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coffee@home: Dos Dancing Goats

Beans: Guatemala Antigua Finca El Valle and Sumatra Lake Tawar
Roaster: Batdorf and Bronson
Rating: 3+ and 3

A short time ago, I wrote a luke-warm review of Batdorf and Bronson’s Dancing Goats espresso blend as served to me at Napoli Coffee in Albuquerque, New Mexico. My feeling at the time, was that the beans themselves probably had more potential than what was realized in the espresso I consumed. Apparently Batdorf and Bronson agreed. They sought me out and offered to send me some Dancing Goats espresso that I could make for myself at home.

I am, unfortunately, without an espresso machine at home (a situation I’m hoping to remedy soon) so the kind folks at Batdorf and Bronson agreed to send me a couple of other coffees they felt represented the best of their brewable beans. The bags of beans arrived as planned, very fresh, just two days after the roast date. The bags themselves are attractively designed, foil-based one-way valve bags, with lots of information about the coffee and the company.

Just to clarify, the company itself is officially known by the vaguely “lion-taming in Vegas” sounding name of Batdorf and Bronson. The owners Larry and Cherry Challain acquired this name when they purchased the roaster back in 1990. Previously, though, the Challains started their coffee business by opening a cafe under the more interesting and coffee-relevant name of Dancing Goats, which is really more the company’s public moniker. Today, the Dancing Goats name can be seen on the company’s five espresso bars, the website, and their espresso blend. Batdorf and Bronson operates its cafes and roasteries in both Olympia, Washington and Decatur, Georgia (which I’ve heard is quite good).

Batdorf and Bronson is socially progressive, using 100% renewable energy and making a concerted effort to support charities like coffee kids, but it’s also progressive in its roast. The two coffees I tried were good examples of medium to light roasted beans, where you could actually taste characteristics of the bean, not just characteristics of the roast.

I point this out, in particular, because Batdorf and Bronson is really too old to fit neatly into the “third wave” of roasters so often associate with lighter roasts (assuming you buy my theory that the third wavers pretty much started with Intelligentsia’s opening in 1995). Yet, they’ve escaped the over-roasted style of coffee produced by second wavers such such as Starbucks and Peets. Batdorf and Bronson might best be grouped with that generation of cafes and roasters, such as Coffee Connection or Diedrich Coffee, that started in the 70s and 80s but largely disappeared over the past decade and a half as they sold their stores to Starbucks. I’m unsure whether Batdorf and Bronson has always roasted the way they do now or has adapted to the times, but the coffee they produce now is certainly worth checking out.

Sumatra Lake Tawar (Rating 3):

I was especially impressed with this coffee’s complexity. Not too many Sumatrans are roasted this lightly, but I’ve had good luck in the past with some that are. I detected notes of chocolate, plum, chicory, and raisin, along with a pronounced tobacco aftertaste and a crisp, dry acidity. I was a bit put off, however, by the herbal, slightly musty, aroma that became especially prominent around days 5 to 9 after the roast. I believe this is the aroma described on the label as cedar and sage, but my wife and I concluded (independently) that this coffee smells a lot like pot. The coffee brewed very well as a French Press, but I thought the pour over drip method overly muted some of the coffee’s sweeter notes.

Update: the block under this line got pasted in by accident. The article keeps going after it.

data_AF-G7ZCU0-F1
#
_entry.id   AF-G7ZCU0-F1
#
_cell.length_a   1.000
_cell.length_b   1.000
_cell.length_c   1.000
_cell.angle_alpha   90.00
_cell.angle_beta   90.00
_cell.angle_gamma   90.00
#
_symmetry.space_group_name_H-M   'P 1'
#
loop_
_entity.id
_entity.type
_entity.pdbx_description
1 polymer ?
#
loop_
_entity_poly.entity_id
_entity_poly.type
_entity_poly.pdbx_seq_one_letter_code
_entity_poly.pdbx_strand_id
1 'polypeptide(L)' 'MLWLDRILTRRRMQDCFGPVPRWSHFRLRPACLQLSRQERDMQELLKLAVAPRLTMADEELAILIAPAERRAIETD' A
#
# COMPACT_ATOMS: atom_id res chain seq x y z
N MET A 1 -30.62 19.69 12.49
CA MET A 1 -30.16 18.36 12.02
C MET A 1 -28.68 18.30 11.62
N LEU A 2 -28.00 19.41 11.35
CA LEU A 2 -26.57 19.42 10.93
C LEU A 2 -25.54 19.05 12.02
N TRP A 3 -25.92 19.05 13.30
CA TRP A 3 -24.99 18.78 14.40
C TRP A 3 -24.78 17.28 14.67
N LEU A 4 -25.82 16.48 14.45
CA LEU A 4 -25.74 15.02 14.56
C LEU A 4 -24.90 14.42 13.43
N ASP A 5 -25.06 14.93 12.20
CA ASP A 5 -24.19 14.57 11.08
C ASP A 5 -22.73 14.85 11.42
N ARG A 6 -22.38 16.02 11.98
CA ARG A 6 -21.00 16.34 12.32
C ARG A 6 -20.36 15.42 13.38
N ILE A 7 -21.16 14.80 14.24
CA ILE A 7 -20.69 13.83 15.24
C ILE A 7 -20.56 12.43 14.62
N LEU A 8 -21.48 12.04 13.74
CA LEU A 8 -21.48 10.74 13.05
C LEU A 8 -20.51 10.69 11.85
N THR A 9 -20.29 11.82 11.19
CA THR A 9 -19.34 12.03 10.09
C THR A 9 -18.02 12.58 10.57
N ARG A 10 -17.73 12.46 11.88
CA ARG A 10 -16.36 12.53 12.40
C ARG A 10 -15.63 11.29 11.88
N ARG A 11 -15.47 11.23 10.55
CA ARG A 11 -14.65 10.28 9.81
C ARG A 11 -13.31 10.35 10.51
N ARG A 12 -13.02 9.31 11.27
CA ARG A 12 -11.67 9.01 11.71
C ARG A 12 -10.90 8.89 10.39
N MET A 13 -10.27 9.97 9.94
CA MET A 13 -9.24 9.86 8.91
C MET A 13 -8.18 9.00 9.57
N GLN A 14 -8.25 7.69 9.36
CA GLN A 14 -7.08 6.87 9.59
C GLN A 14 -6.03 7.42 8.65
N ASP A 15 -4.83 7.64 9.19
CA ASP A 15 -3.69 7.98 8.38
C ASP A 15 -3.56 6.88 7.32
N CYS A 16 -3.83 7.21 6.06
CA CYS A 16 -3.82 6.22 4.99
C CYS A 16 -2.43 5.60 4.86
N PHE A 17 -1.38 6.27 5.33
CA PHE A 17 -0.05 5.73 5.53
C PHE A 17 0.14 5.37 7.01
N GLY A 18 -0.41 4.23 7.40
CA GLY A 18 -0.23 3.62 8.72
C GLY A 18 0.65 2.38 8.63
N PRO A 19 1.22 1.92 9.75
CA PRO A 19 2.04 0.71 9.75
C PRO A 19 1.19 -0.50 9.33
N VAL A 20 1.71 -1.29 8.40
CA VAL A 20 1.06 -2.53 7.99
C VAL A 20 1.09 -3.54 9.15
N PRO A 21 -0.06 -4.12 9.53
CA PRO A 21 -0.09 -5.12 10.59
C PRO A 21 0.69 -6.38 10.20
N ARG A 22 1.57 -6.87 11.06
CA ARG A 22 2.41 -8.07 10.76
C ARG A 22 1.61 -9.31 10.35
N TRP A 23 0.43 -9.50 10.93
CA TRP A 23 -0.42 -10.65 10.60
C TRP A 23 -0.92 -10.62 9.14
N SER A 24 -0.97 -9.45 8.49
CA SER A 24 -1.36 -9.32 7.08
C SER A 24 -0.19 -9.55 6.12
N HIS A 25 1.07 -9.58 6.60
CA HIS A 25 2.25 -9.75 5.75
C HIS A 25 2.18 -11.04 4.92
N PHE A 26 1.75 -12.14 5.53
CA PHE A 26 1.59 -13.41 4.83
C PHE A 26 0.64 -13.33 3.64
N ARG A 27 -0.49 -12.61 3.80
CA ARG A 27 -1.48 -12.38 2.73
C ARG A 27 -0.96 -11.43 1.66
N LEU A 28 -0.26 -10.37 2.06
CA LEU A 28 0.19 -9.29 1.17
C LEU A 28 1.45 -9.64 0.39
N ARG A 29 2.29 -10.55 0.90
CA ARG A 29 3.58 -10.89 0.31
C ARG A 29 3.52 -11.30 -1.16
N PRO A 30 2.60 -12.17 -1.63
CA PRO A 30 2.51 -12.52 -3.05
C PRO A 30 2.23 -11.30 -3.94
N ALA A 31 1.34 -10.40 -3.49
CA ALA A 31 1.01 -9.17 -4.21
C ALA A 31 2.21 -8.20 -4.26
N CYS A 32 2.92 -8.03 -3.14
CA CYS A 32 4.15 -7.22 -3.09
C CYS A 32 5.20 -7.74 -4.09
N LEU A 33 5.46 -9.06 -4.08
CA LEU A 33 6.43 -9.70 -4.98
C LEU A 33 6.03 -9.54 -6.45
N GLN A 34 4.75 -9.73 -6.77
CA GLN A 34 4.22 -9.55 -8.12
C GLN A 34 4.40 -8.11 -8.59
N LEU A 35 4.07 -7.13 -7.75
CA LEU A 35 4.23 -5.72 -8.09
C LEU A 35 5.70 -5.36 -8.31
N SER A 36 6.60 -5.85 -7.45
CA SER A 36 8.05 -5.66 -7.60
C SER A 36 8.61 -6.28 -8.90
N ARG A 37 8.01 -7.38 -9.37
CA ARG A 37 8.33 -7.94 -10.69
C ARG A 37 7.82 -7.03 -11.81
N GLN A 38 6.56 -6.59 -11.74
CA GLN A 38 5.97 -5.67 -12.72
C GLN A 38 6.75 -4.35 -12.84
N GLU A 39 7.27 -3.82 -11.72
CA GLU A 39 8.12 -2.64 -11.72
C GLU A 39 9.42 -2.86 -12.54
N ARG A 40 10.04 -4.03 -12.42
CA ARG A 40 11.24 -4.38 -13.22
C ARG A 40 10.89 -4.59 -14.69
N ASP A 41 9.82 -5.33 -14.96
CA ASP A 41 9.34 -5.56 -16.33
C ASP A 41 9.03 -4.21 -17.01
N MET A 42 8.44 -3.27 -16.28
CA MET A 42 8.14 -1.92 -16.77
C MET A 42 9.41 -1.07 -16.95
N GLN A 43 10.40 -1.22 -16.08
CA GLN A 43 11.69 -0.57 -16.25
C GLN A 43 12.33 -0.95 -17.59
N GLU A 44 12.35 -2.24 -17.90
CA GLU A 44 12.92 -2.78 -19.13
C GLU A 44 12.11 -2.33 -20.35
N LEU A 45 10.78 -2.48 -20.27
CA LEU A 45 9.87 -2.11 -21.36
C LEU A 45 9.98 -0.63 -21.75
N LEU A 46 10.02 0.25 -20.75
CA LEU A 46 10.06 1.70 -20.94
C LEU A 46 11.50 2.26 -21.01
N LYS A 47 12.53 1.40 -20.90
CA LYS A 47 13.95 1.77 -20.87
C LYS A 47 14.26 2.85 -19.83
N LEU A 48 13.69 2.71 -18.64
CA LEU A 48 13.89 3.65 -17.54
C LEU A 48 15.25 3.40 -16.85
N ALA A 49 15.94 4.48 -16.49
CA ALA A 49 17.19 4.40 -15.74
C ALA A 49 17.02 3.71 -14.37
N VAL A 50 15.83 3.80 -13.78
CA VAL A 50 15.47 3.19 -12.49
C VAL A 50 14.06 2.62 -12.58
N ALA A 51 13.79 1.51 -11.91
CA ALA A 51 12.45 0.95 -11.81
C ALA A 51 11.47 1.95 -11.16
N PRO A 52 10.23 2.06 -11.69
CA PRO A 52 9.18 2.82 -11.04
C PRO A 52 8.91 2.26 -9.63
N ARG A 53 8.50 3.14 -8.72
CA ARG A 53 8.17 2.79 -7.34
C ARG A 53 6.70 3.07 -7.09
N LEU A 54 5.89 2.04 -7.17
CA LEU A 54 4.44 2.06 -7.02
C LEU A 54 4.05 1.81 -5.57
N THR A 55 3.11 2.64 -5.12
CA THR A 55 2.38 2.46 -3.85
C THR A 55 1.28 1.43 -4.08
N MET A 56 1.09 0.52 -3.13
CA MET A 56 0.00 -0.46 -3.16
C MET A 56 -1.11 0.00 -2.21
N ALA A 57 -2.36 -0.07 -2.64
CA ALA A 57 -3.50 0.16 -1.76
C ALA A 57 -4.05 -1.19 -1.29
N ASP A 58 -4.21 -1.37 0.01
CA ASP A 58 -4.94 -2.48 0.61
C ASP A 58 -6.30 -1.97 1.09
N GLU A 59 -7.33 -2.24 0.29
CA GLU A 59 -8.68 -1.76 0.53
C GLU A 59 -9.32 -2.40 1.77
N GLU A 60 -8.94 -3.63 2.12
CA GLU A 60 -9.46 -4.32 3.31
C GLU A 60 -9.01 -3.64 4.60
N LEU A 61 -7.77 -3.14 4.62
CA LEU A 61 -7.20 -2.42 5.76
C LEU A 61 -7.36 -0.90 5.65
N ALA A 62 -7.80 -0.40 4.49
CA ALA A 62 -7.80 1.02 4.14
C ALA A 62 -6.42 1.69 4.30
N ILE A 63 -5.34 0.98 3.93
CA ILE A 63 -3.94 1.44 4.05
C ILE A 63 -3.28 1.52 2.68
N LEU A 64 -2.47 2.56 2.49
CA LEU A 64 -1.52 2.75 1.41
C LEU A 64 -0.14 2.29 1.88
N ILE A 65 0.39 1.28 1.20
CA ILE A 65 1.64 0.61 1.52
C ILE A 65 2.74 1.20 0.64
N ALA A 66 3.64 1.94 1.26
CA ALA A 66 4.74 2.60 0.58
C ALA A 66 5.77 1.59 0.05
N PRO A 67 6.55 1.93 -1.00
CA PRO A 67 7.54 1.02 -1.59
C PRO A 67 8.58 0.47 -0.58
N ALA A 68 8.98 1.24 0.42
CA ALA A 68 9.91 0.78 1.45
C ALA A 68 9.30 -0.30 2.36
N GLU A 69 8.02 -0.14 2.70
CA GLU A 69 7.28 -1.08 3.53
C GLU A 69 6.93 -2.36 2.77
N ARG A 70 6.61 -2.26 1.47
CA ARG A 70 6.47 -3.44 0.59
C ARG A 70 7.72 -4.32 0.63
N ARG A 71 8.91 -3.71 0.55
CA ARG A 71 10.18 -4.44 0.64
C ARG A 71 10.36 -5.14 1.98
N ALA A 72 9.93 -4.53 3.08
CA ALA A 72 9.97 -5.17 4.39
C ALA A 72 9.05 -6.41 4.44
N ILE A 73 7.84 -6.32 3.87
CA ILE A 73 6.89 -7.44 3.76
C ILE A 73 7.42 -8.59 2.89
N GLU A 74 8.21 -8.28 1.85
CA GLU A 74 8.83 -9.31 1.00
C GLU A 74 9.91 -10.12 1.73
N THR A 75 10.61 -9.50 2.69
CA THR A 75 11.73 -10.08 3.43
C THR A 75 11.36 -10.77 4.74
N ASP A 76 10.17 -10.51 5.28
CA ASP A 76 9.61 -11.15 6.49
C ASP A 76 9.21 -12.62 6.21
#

Rating this coffee was tough. I found it tricky to determine whether the unpleasant aromas I encountered would be as equally unpleasant to others. It’s the old Indonesian “earthy vs. musty” debate as framed this month by Ken Davids. Two years ago this coffee (or at least its predecessor) was clearly well-received, but as a critic, I can’t ignore the opinions I form about my sensory experiences. I think this coffee is a nice example of a lightly roasted Sumatran coffee and at times can be very enjoyable. You shouldn’t shy away from trying it, but be aware that it is also not a coffee for everyone.

Guatemala Antigua (Rating 3+):

It’s hard to follow up a Ken David’s review, which he recently did for this Guatemalan. My own take was that this Guatemalan coffee produced a sweet, medium-bright, well-rounded cup with notes of pear, apple, lime, a hint of wet earth and dry, fruity sake. What caught me by surprise, however, was the viscous mouthfeel of this coffee. My coffee science is a little fuzzy, but to me this starchiness resembled what you get when cooking tapioca or arborio rice. It took a bit of adjustment, but lead to hours of enjoyment; the coffee’s flavors really lingered on my tongue.

I enjoyed this coffee both as a French Press and as a pour over drip, but found the drip slightly preferable because it brought the mouthfeel into better balance with the rest of the cup. I’d certainly recommend this coffee both to experience coffee texture at its most intriguing while enjoying a solidly good and very enjoyable cup of coffee.

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